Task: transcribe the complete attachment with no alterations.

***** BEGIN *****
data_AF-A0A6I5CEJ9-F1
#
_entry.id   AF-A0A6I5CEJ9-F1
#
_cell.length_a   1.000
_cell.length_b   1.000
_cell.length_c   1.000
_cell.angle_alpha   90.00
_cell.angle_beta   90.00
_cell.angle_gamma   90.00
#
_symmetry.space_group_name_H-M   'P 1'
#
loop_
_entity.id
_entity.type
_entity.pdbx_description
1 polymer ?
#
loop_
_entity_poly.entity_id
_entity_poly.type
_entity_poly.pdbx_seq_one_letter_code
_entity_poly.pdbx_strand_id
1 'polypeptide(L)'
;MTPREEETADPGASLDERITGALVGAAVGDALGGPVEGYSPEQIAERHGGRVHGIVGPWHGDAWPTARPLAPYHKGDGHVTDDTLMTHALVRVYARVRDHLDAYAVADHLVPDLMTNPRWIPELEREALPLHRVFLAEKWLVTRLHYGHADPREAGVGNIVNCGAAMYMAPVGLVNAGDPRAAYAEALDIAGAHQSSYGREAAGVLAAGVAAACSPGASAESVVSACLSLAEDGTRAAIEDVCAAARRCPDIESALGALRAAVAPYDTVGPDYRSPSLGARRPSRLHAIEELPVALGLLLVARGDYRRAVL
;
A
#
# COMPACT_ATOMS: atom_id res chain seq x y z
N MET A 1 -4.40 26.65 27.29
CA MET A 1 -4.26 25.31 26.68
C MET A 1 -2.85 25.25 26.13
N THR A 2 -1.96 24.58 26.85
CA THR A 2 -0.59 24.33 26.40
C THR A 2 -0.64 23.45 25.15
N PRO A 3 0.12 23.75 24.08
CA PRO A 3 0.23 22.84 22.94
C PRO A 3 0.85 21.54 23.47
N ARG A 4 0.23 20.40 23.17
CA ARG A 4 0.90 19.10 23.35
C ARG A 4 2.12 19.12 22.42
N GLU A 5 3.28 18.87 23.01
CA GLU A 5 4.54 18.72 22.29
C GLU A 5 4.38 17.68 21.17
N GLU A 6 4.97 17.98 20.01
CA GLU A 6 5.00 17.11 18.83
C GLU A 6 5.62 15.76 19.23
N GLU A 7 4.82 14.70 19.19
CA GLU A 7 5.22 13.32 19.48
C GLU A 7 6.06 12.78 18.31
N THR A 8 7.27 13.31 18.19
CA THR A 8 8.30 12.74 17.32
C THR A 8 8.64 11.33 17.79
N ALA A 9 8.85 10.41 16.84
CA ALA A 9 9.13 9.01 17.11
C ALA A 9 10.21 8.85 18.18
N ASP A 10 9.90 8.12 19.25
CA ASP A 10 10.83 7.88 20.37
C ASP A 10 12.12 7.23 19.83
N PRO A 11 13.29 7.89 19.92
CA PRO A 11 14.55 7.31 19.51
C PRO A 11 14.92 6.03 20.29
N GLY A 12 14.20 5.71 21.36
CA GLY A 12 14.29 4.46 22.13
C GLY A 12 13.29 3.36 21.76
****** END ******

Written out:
data_AF-A0A6I5CEJ9-F1
#
_entry.id   AF-A0A6I5CEJ9-F1
#
_cell.length_a   1.000
_cell.length_b   1.000
_cell.length_c   1.000
_cell.angle_alpha   90.00
_cell.angle_beta   90.00
_cell.angle_gamma   90.00
#
_symmetry.space_group_name_H-M   'P 1'
#
loop_
_entity.id
_entity.type
_entity.pdbx_description
1 polymer ?
#
loop_
_entity_poly.entity_id
_entity_poly.type
_entity_poly.pdbx_seq_one_letter_code
_entity_poly.pdbx_strand_id
1 'polypeptide(L)'
;MTPREEETADPGASLDERITGALVGAAVGDALGGPVEGYSPEQIAERHGGRVHGIVGPWHGDAWPTARPLAPYHKGDGHVTDDTLMTHALVRVYARVRDHLDAYAVADHLVPDLMTNPRWIPELEREALPLHRVFLAEKWLVTRLHYGHADPREAGVGNIVNCGAAMYMAPVGLVNAGDPRAAYAEALDIAGAHQSSYGREAAGVLAAGVAAACSPGASAESVVSACLSLAEDGTRAAIEDVCAAARRCPDIESALGALRAAVAPYDTVGPDYRSPSLGARRPSRLHAIEELPVALGLLLVARGDYRRAVL
;
A
#
# COMPACT_ATOMS: atom_id res chain seq x y z
N MET A 1 -4.40 26.65 27.29
CA MET A 1 -4.26 25.31 26.68
C MET A 1 -2.85 25.25 26.13
N THR A 2 -1.96 24.58 26.85
CA THR A 2 -0.59 24.33 26.40
C THR A 2 -0.64 23.45 25.15
N PRO A 3 0.12 23.75 24.08
CA PRO A 3 0.23 22.84 22.94
C PRO A 3 0.85 21.54 23.47
N ARG A 4 0.23 20.40 23.17
CA ARG A 4 0.90 19.10 23.35
C ARG A 4 2.12 19.12 22.42
N GLU A 5 3.28 18.87 23.01
CA GLU A 5 4.54 18.72 22.29
C GLU A 5 4.38 17.68 21.17
N GLU A 6 4.97 17.98 20.01
CA GLU A 6 5.00 17.11 18.83
C GLU A 6 5.62 15.76 19.23
N GLU A 7 4.82 14.70 19.19
CA GLU A 7 5.22 13.32 19.48
C GLU A 7 6.06 12.78 18.31
N THR A 8 7.27 13.31 18.19
CA THR A 8 8.30 12.74 17.32
C THR A 8 8.64 11.33 17.79
N ALA A 9 8.85 10.41 16.84
CA ALA A 9 9.13 9.01 17.11
C ALA A 9 10.21 8.85 18.18
N ASP A 10 9.90 8.12 19.25
CA ASP A 10 10.83 7.88 20.37
C ASP A 10 12.12 7.23 19.83
N PRO A 11 13.29 7.89 19.92
CA PRO A 11 14.55 7.31 19.51
C PRO A 11 14.92 6.03 20.29
N GLY A 12 14.20 5.71 21.36
CA GLY A 12 14.29 4.46 22.13
C GLY A 12 13.29 3.36 21.76